#writingtips, American Princess: A Novel of First Daughter Alice Roosevelt by Stephanie Thornton, Artist Soldier Lover Muse by Arthur Hittner, By Love Divided by Elizabeth St. John, Dearest David by Glen Ebisch, In the Shadow of Your Wings by JP Robinson, Island of Fire by Sophie Schiller, New York 1609 by Harald Johnson, None of Us the Same by Jeffrey K. Walker, research sources for writing historical fiction, Silk and Song by Dana Stabenow, Simple Truth by Carol Bodensteiner, Temptation Rag by Elizabeth Hutchison Bernard, The Cairo Brief by Fiona Vetch Smith, The Cards Don't Lie by Sue Ingalls Finan, The Phantom Tree by Nicola Cornick, transported in time and place, Unravelled by M.K. Tod, writing historical fiction
For the last year or so, I’ve invited many authors to describe how they do the work of transporting readers in time and place. Today I’m looking back on some of those posts.
Elizabeth Hutchison Barnard on writing Temptation Rag – “A novel’s setting is not just something physical; it is intrinsically tied to the deeper meanings of a story.”
Stephanie Thornton on writing American Princess – “One of my favorite distractions while writing is researching exactly what life would have been like for my characters. For turn-of-the-century America, that often meant looking up menus and digging through grainy black-and-white pictures in online archives so I could add verisimilitude to every scene.”
Fiona Veitch Smith on writing The Cairo Brief – “Before I even start writing – and certainly during the process – I absorb myself in the music, fashion, art, architecture, cuisine, cinema and theatre of the period … for my latest book, The Cairo Brief, I signed up for a six-week online course in antiquities theft, run by Glasgow University through Future Learn.”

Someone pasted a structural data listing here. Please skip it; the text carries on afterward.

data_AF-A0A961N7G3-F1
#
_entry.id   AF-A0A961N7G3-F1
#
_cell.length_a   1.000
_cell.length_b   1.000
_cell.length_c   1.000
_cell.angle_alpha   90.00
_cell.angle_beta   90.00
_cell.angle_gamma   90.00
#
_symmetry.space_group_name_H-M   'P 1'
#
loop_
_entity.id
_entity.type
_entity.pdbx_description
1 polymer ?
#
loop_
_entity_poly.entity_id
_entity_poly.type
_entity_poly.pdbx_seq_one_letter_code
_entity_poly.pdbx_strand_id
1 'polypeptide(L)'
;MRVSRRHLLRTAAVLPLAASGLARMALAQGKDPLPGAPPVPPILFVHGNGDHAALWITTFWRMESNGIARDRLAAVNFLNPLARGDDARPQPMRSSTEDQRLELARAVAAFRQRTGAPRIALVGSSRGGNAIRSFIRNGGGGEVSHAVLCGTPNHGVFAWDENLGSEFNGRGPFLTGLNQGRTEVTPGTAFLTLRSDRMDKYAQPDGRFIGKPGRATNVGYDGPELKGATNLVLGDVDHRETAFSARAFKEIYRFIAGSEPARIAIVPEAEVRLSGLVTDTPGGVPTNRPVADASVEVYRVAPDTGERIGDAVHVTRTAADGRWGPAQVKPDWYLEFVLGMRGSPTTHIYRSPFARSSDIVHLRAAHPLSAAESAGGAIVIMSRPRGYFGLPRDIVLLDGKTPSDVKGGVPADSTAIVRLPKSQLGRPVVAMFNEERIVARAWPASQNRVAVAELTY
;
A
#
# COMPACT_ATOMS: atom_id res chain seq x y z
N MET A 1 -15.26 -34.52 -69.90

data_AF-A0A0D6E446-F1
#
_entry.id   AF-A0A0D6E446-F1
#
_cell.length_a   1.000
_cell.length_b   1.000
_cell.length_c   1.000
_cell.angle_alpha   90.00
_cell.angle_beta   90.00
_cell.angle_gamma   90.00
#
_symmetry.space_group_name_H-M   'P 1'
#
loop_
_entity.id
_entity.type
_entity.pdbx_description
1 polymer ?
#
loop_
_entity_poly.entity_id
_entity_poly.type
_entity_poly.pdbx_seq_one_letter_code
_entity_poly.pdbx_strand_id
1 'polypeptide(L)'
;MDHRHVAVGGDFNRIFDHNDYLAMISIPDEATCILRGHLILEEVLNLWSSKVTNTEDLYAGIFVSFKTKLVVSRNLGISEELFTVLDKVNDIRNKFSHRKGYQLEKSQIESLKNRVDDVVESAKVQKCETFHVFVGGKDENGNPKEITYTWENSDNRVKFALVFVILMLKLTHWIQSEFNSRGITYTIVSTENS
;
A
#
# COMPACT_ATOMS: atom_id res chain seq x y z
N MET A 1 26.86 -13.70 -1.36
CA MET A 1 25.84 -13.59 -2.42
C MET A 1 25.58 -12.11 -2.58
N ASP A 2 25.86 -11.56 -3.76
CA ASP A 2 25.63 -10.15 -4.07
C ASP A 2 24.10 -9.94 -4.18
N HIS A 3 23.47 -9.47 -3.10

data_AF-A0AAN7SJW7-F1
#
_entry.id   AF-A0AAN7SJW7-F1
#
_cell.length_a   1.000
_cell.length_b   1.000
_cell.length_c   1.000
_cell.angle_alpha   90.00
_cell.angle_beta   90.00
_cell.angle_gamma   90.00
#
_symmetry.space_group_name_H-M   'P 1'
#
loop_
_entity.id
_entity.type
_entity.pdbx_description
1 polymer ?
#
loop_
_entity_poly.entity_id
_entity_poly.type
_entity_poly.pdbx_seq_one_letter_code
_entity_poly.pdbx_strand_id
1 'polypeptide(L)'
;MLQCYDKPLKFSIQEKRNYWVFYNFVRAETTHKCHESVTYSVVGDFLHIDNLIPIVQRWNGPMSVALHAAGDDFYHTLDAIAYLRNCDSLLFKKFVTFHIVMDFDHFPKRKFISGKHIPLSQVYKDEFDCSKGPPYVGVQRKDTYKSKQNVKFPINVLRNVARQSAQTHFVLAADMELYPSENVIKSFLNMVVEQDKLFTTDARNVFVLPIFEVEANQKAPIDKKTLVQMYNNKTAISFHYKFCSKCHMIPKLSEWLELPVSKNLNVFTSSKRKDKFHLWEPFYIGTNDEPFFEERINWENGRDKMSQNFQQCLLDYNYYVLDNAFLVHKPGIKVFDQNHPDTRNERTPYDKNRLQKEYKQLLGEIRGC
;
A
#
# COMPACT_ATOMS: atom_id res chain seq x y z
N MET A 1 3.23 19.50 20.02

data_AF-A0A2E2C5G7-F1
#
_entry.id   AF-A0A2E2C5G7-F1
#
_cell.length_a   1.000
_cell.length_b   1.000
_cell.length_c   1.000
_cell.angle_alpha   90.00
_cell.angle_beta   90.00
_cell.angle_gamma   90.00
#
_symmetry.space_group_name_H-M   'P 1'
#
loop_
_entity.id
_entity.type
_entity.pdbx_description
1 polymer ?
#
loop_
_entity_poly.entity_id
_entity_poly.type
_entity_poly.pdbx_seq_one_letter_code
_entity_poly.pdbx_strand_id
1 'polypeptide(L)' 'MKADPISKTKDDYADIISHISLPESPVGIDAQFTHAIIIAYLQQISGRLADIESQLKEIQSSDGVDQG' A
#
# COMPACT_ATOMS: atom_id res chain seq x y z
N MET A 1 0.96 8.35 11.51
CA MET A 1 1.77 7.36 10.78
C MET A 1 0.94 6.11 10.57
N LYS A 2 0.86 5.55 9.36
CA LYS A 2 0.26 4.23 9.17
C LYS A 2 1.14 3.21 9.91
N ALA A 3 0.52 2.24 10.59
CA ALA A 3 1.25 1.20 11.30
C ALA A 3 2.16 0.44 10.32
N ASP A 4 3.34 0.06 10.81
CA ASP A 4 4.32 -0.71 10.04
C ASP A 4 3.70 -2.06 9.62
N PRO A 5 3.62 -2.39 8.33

JP Robinson on writing In the Shadow of Your Wings – “I typically take about two days to research names that were popular in the era I’m writing about before naming my characters.”
Nicola Cornick on writing The Phantom Tree – “I’ve never been able to paint but I visualise the process of creating my imaginary world as a picture in which layer upon layer of detail is added, from the frame that surrounds it to the tiniest figure in the corner.”
Sue Ingalls Finan on writing The Cards Don’t Lie – “Free women of color in New Orleans in the early 1800s were often involved in placages, or left-handed marriages with wealthy white men. Their mothers, thanks to their own placage benefactors, sponsored grand balls to arrange permanent financial settlements for their daughters.”
Arthur Hittner on writing Artist, Soldier, Lover, Muse – Research for a non-fiction book prompted Hittner’s fiction. He “traced the living descendants of the artist, determining that the bulk of his output resided in the attics and basements of nephews and nieces, and in the vaults of an art museum in Springfield, Massachusetts. I viewed and photographed the collections of the descendants and the paintings in the museum … Along with the paintings, I’d gained access to an old scrapbook that had been lovingly maintained by the artist’s parents. Inside were yellowed newspaper clippings from the Thirties and early Forties, chronicling the young artist’s triumphs and later, his tragic demise.”
Harald Johnson on writing New York 1609 – Johnson made an amazing discovery “It’s a computer simulation of what Manhattan would have looked like on September 12, 1609—the day Henry Hudson and his crew sailed to it.”
M.K. Tod on writing Unravelled and the power of a photo: “Suddenly, there it was: a red Tonneau with just the right blend of style and uniqueness. Not only was it quirky but it fit my notion of the woman who originally owned it – a fiercely independent woman who’d never married but had had many relationships, particularly with one or two of the impressionist painters of the time.”